Matchday 1 of the Champions League tends to be a bit of an insipid opening to Europe’s elite club tournament. The same sides finding their way again, the same old teams playing the same old opponents, and the big clubs breezing their way through relatively easy games.
Not so this week, however. First up this week in my Champions League watching experience was Dortmund v Arsenal. Though Dortmund are former winners of the tournament (Ricken’s chip in 1997 anyone?) they have not played in it since 2002 (a whole near-bankruptcy ago), and so were (rightly) treated as relative fresh faces to the competition, perhaps unbound by the cynicism that some of the more omnipresent sides in the competition (Barca, Real, Man Utd, Arsenal, I’m looking in your direction here) have to the early stages of the competition.
As it was, Dortmund put on quite a show. Their style can best be described as “Barca-lite”, with similar midfield creativity on show in Mario Götze and Shinji Kagawa, but without that same cutting edge available up front. Götze in particular hardly played a poor pass all first half, and though Dortmund knocked on the proverbial door, Arsenal took the lead through a bit of uncharacteristically sloppy play from the home team, captain (and weakest player on the night) Sebastian Kehl selling the black and yellow jerseys in midfield, allowing Van Persie to smash a FIFA-esque finish past Roman Weidenfeller.
The second half had things a little more even though Arsenal couldn’t add to their lead, before Ivan Perisic scored probably the best goal of his life, a sweet left-footed volley from the edge of the box which smashed its way past Szczęsny with two minutes to go.
So what of Dortmund? Well, they made the game all the more entertaining for me. Götze and Kagawa are clearly fantastic talents; the young German with the vision to pick out a pass – the Japanese with a masterful first touch. At the back, Mats Hummels and Neven Subotic were immense, Hummels in particular not afraid to join in attacks in a productive way, while both looked sturdy. Weidenfeller is a class keeper, while Bender’s industry in the midfield will be something that stands Dortmund in good stead as the season goes on.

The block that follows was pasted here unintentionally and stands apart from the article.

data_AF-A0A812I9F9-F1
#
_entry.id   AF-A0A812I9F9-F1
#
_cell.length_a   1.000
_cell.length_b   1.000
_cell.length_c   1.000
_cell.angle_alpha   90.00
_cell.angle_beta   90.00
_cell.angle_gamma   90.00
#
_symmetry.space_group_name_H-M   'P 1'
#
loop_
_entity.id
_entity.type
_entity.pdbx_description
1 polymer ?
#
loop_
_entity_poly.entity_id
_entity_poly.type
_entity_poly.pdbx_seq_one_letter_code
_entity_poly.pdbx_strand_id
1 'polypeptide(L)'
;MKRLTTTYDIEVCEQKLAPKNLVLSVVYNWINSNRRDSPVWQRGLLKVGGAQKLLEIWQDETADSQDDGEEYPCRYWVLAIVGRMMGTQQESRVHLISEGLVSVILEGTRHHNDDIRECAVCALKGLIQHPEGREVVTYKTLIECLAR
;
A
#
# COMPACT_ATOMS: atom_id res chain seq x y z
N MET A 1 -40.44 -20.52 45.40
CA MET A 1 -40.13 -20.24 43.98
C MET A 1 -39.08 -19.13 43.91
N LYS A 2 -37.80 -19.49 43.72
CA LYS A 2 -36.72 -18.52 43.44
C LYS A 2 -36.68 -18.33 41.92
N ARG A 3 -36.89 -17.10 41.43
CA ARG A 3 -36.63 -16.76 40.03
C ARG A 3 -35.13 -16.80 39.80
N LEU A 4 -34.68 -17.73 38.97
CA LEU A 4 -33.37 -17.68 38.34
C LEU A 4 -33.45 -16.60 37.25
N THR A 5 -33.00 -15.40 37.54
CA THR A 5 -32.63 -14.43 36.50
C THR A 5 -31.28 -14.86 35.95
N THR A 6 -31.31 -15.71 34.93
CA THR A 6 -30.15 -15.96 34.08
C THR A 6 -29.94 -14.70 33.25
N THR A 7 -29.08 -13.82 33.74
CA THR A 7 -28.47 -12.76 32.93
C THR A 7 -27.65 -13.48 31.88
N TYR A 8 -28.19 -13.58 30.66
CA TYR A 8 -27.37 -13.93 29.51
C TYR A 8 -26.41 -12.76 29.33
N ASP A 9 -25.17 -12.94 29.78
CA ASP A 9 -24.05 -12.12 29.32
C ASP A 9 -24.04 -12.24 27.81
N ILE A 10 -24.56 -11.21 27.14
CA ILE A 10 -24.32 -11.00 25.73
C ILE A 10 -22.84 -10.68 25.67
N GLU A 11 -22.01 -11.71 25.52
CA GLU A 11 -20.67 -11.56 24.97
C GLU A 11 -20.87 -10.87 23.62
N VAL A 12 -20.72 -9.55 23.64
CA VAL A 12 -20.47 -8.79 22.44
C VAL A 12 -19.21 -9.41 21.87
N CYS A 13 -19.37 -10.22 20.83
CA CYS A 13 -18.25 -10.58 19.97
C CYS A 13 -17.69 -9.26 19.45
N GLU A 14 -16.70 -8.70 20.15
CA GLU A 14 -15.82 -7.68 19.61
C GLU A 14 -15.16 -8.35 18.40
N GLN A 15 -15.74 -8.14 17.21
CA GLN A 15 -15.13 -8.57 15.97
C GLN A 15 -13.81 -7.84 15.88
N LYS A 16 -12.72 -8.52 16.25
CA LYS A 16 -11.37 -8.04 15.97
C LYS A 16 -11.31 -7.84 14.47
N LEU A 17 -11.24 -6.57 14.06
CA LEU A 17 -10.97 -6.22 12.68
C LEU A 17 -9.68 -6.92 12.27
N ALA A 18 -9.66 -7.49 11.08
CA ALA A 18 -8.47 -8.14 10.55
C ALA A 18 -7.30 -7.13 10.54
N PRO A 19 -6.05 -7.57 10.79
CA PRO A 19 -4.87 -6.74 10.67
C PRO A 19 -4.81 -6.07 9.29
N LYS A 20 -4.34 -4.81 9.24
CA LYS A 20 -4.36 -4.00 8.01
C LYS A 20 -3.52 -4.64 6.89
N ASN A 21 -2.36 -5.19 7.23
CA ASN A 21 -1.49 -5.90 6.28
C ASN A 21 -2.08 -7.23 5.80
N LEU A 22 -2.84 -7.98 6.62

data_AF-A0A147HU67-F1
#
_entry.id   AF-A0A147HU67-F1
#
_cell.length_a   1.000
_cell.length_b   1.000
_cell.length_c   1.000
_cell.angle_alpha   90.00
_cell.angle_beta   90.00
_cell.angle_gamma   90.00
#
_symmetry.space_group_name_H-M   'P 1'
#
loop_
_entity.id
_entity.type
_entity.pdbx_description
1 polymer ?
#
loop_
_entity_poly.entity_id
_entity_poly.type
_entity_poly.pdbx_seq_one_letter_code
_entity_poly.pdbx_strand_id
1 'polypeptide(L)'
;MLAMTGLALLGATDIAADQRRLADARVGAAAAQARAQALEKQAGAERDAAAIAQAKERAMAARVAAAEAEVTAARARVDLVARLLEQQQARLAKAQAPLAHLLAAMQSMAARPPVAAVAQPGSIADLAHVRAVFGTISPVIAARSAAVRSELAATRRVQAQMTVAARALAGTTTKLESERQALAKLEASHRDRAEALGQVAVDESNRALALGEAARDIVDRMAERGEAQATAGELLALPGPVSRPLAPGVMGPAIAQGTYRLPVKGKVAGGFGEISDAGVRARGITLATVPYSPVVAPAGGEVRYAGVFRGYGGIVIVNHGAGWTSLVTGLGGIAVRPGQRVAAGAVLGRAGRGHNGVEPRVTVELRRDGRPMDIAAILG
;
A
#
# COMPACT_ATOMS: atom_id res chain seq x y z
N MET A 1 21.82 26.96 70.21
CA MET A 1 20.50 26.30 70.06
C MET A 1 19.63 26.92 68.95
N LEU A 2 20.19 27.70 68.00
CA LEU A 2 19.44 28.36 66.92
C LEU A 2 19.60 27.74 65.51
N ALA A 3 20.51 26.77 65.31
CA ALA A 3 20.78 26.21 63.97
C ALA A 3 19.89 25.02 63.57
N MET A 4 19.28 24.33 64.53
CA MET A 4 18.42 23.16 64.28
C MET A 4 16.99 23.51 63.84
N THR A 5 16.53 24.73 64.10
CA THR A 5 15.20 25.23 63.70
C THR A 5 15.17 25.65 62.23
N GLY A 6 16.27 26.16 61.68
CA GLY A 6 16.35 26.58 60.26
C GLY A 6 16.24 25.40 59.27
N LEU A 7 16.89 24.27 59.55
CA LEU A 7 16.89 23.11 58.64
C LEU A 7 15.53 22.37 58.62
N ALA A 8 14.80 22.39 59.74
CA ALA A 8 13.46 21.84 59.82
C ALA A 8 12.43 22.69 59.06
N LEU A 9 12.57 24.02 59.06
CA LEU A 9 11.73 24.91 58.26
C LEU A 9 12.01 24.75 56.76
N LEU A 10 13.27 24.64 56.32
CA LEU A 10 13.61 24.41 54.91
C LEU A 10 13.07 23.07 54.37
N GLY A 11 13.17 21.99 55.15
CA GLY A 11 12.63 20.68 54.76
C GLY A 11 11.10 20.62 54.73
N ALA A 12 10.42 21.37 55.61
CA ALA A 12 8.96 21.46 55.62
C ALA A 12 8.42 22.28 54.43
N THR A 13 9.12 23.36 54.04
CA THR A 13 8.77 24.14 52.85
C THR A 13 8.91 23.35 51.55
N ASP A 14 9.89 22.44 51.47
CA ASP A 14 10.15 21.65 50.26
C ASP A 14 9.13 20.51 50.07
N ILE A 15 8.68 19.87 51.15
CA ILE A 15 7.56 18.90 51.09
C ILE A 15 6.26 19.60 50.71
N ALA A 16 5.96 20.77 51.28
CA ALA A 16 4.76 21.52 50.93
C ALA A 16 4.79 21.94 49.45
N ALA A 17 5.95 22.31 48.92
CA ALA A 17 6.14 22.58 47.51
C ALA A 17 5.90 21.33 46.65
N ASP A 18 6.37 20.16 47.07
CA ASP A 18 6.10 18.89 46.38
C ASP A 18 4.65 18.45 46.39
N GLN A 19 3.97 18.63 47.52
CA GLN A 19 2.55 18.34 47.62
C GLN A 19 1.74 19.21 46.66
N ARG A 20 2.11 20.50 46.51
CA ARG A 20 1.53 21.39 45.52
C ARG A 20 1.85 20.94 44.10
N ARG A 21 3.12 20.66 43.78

Götze is clearly the star however, and I frankly can’t wait for Dortmund’s next UCL match to see a little more of him in action. The fact that he has a monster stat behind him (first player born after reunification to play for Germany) only makes him all the more interesting a player.
Leaving young Mario behind, as far as Group F goes, Dortmund and Arsenal should be favourites to qualify from their group, though Marseille and Olympiakos, particularly away from home, will not be easy to beat.
Tonight it was the turn of the Manchester clubs, both of whom have been running away with the league thus far (although admittedly the season is hardly well-developed in September). Again for me the more attractive tie was that available at the Etihad Stadium, between two Champions League (since the introduction of that overly-commercial format in the 1992-93 season) debutants who both have exciting players in their line-ups.
Napoli were particularly intriguing for me (this one’s for you Martyn) given they came reasonably close to the Italian title last season and clearly had some top-notch attacking flair in Edinson Cavani and Marek Hamsik. Neither disappointed – Cavani got on the scoresheet as Napoli took the lead. City, who patently have talent in abundance, particularly since the additions of Messrs Aguero and Nasri, came back to equalise soon after through Aleksandar Kolarov, but no doubt a 1-1 draw in Manchester will have made people notice Napoli. Villarreal and Bayern being the other sides in Group A makes that one ridiculously tough to call, but if I had to choose I’d say Bayern and City.
United, meanwhile, suffered a similar fate to their neighbours but away from home – going a goal down to Benfica in the Estadio da Luz (to a goal from Paraguayan striker Oscar Cardozo) before Ryan Giggs smashed in a pre-half-time equaliser not unlike that of Van Persie’s goal the previous evening. The game finished 1-1.
Again, there were players on both sides who impressed me, though they were playing for two stalwarts of the tournament. Nicolas Gaitan of Argentina caused various United defenders problems all night (a mere 3 Argentina caps to his name), Luisao was absolutely immense at the back and Nolito, a former Barca youngster, was all over the place, if a little willing to throw himself to the floor at every opportunity.
For United, meanwhile, things were a little quieter – it was great to see Darren Fletcher back playing club football at the highest level; Michael Carrick continues to convince me about as much as a Daily Sport headline, and Valencia looked a little isolated on the right hand side. The player who continues to impress me this season for United, to the point where I am convinced he must be a robot of some kind, is Phil Jones. A young man who made his Premier League debut 18 months ago for Blackburn, he was absolutely electric again when he came on for the last 20 minutes or so, and was something of an attacking fulcrum for United as well as being characteristically robust in defence. The young chap has some career ahead of him if he can avoid injury – at the moment he seems to be taking the role almost of an English Lucio – what a card to have in the footballing deck.
In all then, a relatively entertaining opening week of Champions’ League group action; for once, it seems like the tournament itself will start before February.